Should we sign a prenuptial agreement?

My fiancee and I are semi-newly engaged. New enough that we haven't made any real strides toward planning a wedding but we've been engaged long enough that the novelty has worn off (not that I'm not still over the moon lol).

Anyway, his father is a lawyer and his professional opinion is that a prenup is a good financial investment.

However, his personal opinion is that they ruin marriages - kind of like a self-fulfilling prophecy. He and his wife do not have one. He makes upwards of $400,000+ a year and she works with/for him as she manages his finances and appointments.

My fiancee is also going to be a lawyer. Once he passes the bar he's going in as partner in his father's law firm.

I am employed as well, but let's just say that my career won't be making $400,000 a year :p. The salary span for my career is $40,000-$130,000 depending on years in business.

Neither my fiancee or I really feel that it would be necessary. To quote him, he says, "Getting a prenup means you think your marriage could fail. And then it will."

But society seems to think that everyone should get prenups.

So what are your thoughts on it?

  • Yes - explain
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  • No - explain
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Most Helpful Girl

  • It would be a good idea given what sort of person you plan on marrying.

    You are going to be part of a family of lawyers and the number one red flag to them would be your adamant protests. If he asked you to do it and you categorically rejected the idea, they'll think you're up to no good and might even try to break you up for the son's protection.

    You don't HAVE to do it, of course. But it would prove to his family that you're not trying to get your hands on his money.

    If I were you, I'd be very casual about the topic. Be like "Hey, if you want me to sign it, I see no issue with it.".

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What Guys Said 4

  • Yes, it's for his protection. If you really love him you will try to understand what I am telling you.

    The majority of divorces are initiated by women. And it's not because the majority of men abuse or cheat on their wives. It's because they get bored. Then they take the man's house, his children, and he has to pay her for doing that to him every week while trying to pay rent and bills for a new home or he goes to jail for being a deadbeat. Divorce laws have made marriage a trap for men. He must really love you if he's willing to even take that risk with you.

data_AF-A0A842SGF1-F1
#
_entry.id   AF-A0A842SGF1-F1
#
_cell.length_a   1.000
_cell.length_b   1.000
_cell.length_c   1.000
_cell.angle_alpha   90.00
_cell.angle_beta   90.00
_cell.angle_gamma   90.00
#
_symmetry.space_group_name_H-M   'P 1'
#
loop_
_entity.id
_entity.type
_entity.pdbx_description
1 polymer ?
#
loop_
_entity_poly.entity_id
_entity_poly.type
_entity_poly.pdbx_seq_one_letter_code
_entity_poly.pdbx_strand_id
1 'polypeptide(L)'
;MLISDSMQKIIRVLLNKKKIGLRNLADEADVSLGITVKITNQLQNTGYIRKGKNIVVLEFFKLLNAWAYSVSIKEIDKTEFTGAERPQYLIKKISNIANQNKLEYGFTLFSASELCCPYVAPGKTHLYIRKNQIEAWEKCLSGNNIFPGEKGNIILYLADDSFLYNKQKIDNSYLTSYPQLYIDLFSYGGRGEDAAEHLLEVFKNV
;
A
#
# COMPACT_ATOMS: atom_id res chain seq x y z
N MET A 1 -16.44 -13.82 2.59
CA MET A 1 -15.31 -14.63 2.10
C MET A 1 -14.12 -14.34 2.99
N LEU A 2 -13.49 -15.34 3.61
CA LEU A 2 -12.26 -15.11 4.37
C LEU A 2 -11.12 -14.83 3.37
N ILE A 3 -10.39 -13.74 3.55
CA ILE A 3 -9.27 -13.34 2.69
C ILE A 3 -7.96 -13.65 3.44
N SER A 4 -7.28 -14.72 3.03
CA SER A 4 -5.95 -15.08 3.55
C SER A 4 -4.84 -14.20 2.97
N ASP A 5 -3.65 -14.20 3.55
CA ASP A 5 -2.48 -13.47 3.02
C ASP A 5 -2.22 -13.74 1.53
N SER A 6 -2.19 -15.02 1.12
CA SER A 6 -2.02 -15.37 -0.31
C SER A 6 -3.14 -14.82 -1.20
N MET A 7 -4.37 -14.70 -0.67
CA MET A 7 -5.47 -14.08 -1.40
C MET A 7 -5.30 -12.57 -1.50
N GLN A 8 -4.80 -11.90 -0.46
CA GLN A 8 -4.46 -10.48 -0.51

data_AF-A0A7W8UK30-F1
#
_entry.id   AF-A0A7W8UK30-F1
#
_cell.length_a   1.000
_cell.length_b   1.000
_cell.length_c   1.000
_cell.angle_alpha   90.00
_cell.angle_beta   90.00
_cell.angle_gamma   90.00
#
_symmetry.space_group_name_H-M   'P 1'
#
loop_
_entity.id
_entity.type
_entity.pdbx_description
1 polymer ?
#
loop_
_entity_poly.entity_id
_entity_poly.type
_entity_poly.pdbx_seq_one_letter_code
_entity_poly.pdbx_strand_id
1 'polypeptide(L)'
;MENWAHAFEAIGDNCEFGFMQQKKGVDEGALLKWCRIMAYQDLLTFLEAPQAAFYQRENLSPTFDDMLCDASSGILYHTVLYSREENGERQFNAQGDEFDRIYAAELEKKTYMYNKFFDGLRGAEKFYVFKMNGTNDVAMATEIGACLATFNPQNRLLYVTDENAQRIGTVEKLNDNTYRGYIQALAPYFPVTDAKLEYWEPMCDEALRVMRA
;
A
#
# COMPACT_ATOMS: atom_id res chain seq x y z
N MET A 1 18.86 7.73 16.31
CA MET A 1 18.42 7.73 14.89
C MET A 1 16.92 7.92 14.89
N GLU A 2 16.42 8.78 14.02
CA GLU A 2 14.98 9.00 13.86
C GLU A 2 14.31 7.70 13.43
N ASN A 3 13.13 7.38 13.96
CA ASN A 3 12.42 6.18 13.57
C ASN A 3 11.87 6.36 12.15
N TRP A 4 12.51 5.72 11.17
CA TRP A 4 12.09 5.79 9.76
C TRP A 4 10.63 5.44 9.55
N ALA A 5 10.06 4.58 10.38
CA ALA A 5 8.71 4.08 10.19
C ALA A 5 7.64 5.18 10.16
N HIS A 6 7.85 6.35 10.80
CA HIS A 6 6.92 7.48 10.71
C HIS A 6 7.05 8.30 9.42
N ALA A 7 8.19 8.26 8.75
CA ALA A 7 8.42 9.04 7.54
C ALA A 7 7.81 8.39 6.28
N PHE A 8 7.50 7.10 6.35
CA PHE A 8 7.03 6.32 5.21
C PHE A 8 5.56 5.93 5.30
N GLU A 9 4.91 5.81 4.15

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  • I would get it.

    I believe in preparing for the worst and being pleasantly surprised.

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  • "Anyway, his father is a lawyer and his professional opinion is that a prenup is a good financial investment."
    Yes, the groom and his father would see it that way.

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    • The groom does not feel that way, if you would read further into the question.

    • "The groom does not feel that way, if you would read further into the question."

      Unless the bride is breaking some great financial assets, or the promise of some future great financial assets into the marriage, prenuptial agreements are designed to protect grooms from being taken to the cleaners in the event of a marital dissolution.

      If the groom doesn't want it then forget about it. You're not marrying the father. His principle concern is protecting his son.

      Or, if you have no personal objections to it, go ahead and agree to it but have it thoroughly reviewed by an attorney not connected to the groom's family or their law practice in any way.

      Also remember, properly executed prenuptial agreements are bells notoriously hard, if not impossible, to unring.

  • ah, so love turns into a business decision

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What Girls Said 1

  • Yes you should sign one but it shouldn't include any income or property that is earned after you are married. It should only protect already existing assets you both have that has nothing to do with the other person.

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